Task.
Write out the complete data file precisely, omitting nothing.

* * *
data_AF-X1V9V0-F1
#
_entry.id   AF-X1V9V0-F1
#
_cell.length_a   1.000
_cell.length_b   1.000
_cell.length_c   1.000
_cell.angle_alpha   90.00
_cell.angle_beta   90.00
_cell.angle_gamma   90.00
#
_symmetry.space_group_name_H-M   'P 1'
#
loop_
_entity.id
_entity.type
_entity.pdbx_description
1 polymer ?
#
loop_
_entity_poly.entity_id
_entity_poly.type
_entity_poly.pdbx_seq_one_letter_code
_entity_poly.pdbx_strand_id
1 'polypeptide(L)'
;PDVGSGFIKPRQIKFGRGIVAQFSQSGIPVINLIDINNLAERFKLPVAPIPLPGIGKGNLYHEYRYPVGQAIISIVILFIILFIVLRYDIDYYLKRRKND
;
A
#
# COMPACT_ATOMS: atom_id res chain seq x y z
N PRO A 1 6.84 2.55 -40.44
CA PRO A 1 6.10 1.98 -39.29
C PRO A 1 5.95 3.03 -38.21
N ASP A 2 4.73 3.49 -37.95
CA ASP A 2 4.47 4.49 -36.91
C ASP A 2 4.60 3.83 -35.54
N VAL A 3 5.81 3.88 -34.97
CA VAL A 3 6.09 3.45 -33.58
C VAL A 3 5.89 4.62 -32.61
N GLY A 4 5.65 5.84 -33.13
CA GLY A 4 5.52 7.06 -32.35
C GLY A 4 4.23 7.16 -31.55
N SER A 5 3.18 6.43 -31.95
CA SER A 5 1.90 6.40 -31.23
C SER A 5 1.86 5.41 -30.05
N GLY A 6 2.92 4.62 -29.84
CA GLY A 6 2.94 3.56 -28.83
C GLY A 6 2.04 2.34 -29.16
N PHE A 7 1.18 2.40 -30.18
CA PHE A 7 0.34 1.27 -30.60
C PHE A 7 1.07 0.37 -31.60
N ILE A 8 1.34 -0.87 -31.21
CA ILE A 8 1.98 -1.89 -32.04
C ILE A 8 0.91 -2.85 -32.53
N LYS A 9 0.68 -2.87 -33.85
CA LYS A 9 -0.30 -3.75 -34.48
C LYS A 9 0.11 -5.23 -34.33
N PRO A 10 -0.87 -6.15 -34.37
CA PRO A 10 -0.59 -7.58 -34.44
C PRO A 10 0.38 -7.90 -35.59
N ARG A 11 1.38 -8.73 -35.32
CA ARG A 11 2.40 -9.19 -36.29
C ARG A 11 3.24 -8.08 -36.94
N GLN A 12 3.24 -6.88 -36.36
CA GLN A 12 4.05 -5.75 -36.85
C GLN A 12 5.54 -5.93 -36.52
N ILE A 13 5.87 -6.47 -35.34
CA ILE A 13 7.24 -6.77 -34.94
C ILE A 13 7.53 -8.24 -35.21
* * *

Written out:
data_AF-X1V9V0-F1
#
_entry.id   AF-X1V9V0-F1
#
_cell.length_a   1.000
_cell.length_b   1.000
_cell.length_c   1.000
_cell.angle_alpha   90.00
_cell.angle_beta   90.00
_cell.angle_gamma   90.00
#
_symmetry.space_group_name_H-M   'P 1'
#
loop_
_entity.id
_entity.type
_entity.pdbx_description
1 polymer ?
#
loop_
_entity_poly.entity_id
_entity_poly.type
_entity_poly.pdbx_seq_one_letter_code
_entity_poly.pdbx_strand_id
1 'polypeptide(L)'
;PDVGSGFIKPRQIKFGRGIVAQFSQSGIPVINLIDINNLAERFKLPVAPIPLPGIGKGNLYHEYRYPVGQAIISIVILFIILFIVLRYDIDYYLKRRKND
;
A
#
# COMPACT_ATOMS: atom_id res chain seq x y z
N PRO A 1 6.84 2.55 -40.44
CA PRO A 1 6.10 1.98 -39.29
C PRO A 1 5.95 3.03 -38.21
N ASP A 2 4.73 3.49 -37.95
CA ASP A 2 4.47 4.49 -36.91
C ASP A 2 4.60 3.83 -35.54
N VAL A 3 5.81 3.88 -34.97
CA VAL A 3 6.09 3.45 -33.58
C VAL A 3 5.89 4.62 -32.61
N GLY A 4 5.65 5.84 -33.13
CA GLY A 4 5.52 7.06 -32.35
C GLY A 4 4.23 7.16 -31.55
N SER A 5 3.18 6.43 -31.95
CA SER A 5 1.90 6.40 -31.23
C SER A 5 1.86 5.41 -30.05
N GLY A 6 2.92 4.62 -29.84
CA GLY A 6 2.94 3.56 -28.83
C GLY A 6 2.04 2.34 -29.16
N PHE A 7 1.18 2.40 -30.18
CA PHE A 7 0.34 1.27 -30.60
C PHE A 7 1.07 0.37 -31.60
N ILE A 8 1.34 -0.87 -31.21
CA ILE A 8 1.98 -1.89 -32.04
C ILE A 8 0.91 -2.85 -32.53
N LYS A 9 0.68 -2.87 -33.85
CA LYS A 9 -0.30 -3.75 -34.48
C LYS A 9 0.11 -5.23 -34.33
N PRO A 10 -0.87 -6.15 -34.37
CA PRO A 10 -0.59 -7.58 -34.44
C PRO A 10 0.38 -7.90 -35.59
N ARG A 11 1.38 -8.73 -35.32
CA ARG A 11 2.40 -9.19 -36.29
C ARG A 11 3.24 -8.08 -36.94
N GLN A 12 3.24 -6.88 -36.36
CA GLN A 12 4.05 -5.75 -36.85
C GLN A 12 5.54 -5.93 -36.52
N ILE A 13 5.87 -6.47 -35.34
CA ILE A 13 7.24 -6.77 -34.94
C ILE A 13 7.53 -8.24 -35.21